¿ Advion BioSciences Inc., of Ithaca, N.Y., opened a new European subsidiary based in Norfolk, UK, and appointed Mark Allen vice president of European operations. Allen will be responsible for business development to support market introduction in the second quarter of 2002 of its new ESI Chip, designed to enhance the performance of mass spectrometry in proteomics, drug discovery and drug development.
¿ AEterna Laboratories Inc., of Quebec City, Quebec, completed patient recruitment for its Phase III Neovastat trial in renal cell carcinoma. About 280 patients will participate in the trial at 50 centers in 10 countries. The study will seek to determine whether Neovastat can increase survival time in patients who have failed to respond to standard immunotherapy treatments. Results are expected in early 2003.
¿ Antex Biologics Inc., of Gaithersburg, Md., began a Phase I trial for the second component of its combination Activax vaccine to prevent travelers¿ diseases caused by the consumption of contaminated food and water. The trial is designed to test the safety and immunogenicity of a vaccine against Shigella sonnei infection, for which there are no existing vaccines. The vaccine was developed using the company¿s nutriment signal transduction technology. The trial is scheduled for completion in late 2002 or early 2003.
¿ AVAX Technologies Inc., of Kansas City, Mo., said it submitted its response to the FDA¿s warning letter. The company said the policies and procedures implemented, combined with the change to a frozen vaccine product, will fully address the FDA¿s concerns, allowing AVAX to produce, distribute and administer the vaccine in compliance with regulatory requirements.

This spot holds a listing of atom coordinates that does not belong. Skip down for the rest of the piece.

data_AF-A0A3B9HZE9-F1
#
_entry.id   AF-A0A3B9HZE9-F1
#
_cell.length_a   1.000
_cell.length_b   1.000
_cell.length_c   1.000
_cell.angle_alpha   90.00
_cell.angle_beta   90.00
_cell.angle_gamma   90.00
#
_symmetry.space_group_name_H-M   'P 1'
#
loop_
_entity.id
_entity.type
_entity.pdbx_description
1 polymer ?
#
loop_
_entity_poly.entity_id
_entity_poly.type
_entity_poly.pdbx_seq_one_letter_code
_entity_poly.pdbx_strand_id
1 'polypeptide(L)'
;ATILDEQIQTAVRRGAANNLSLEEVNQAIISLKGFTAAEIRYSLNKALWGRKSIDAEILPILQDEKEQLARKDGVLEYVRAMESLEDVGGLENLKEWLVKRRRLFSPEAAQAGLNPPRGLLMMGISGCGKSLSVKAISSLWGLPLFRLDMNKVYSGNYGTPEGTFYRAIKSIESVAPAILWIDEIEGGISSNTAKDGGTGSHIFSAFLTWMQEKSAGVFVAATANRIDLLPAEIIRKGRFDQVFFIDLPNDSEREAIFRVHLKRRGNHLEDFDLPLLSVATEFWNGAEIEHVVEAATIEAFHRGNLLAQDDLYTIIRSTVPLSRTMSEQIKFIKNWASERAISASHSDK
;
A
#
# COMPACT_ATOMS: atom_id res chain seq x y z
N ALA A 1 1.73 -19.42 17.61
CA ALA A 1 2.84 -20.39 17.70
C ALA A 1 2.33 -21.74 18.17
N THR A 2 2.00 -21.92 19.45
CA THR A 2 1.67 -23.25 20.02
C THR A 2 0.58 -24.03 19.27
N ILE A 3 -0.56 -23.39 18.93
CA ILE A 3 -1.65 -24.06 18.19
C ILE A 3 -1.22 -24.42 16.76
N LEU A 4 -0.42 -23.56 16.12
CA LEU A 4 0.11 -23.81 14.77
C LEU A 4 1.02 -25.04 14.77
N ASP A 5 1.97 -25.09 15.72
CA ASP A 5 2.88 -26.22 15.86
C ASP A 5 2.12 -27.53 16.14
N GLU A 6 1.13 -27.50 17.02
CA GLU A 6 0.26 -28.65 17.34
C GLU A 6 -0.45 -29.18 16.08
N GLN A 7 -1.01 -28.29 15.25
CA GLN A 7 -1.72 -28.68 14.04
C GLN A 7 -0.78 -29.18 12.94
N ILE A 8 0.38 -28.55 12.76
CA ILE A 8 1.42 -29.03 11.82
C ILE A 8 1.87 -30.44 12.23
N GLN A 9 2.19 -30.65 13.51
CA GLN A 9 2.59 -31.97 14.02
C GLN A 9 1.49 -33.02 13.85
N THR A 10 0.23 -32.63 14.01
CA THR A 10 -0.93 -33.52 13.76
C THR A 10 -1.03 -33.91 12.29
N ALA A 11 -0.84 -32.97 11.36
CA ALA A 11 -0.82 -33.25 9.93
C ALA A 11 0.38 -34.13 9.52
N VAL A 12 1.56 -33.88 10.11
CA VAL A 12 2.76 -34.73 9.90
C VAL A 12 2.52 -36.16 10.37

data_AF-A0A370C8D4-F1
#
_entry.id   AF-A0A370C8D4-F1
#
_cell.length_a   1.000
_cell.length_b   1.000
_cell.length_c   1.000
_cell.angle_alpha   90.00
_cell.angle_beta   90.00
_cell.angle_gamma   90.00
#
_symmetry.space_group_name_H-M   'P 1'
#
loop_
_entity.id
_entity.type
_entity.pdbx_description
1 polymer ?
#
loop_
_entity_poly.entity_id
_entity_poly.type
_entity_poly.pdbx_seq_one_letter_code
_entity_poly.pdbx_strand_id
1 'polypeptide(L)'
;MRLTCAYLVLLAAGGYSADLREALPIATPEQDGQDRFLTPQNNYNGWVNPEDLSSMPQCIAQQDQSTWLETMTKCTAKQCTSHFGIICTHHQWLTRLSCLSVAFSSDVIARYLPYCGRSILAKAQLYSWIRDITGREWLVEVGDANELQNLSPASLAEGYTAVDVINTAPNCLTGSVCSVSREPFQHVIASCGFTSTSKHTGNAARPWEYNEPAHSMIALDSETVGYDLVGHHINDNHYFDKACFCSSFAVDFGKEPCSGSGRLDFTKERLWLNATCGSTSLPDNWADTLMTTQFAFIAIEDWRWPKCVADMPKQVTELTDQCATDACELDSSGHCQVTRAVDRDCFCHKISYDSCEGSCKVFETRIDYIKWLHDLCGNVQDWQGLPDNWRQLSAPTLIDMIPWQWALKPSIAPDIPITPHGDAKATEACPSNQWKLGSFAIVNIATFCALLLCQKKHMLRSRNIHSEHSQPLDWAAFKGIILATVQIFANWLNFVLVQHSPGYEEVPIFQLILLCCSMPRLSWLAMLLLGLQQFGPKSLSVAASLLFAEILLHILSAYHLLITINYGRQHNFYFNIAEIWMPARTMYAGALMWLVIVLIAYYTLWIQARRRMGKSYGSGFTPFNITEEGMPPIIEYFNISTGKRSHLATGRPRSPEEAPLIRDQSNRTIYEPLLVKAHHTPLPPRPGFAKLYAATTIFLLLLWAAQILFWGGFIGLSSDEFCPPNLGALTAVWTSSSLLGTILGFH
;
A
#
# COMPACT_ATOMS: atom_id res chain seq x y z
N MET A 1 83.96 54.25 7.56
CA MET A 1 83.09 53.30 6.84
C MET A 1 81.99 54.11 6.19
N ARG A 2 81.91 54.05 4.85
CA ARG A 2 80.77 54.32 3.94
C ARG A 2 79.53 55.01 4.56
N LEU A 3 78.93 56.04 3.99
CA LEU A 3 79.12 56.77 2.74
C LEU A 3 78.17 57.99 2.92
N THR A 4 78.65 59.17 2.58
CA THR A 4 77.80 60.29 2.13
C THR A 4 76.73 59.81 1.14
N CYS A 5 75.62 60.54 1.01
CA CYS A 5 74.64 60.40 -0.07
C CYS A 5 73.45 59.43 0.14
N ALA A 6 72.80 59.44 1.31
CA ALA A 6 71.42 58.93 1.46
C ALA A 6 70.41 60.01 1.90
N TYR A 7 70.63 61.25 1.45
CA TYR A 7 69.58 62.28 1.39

¿ BioFocus plc, of Cambridge, UK, entered a research agreement with GlaxoSmithKline plc, of London, for the development of new drug leads to treat asthma and chronic obstructive pulmonary disease. GSK will provide BioFocus with details of hit molecules identified from a screening program. BioFocus will optimize the molecules. Financial details were not provided.
¿ BioSante Pharmaceuticals Inc., of Lincolnshire, Ill., presented positive results of its calcium phosphate (CAP) delivery system at the sixth U.S.-Japan Symposium on Drug Delivery in Hawaii. The preclinical trial evaluated the use of BioSante¿s CAP drug delivery system to administer therapeutic drugs orally and showed that, when administered into the stomach, the system reduced the blood glucose levels by 80 percent within the first hour of treatment. The reduced glucose levels were maintained throughout the 12-hour blood-sampling period.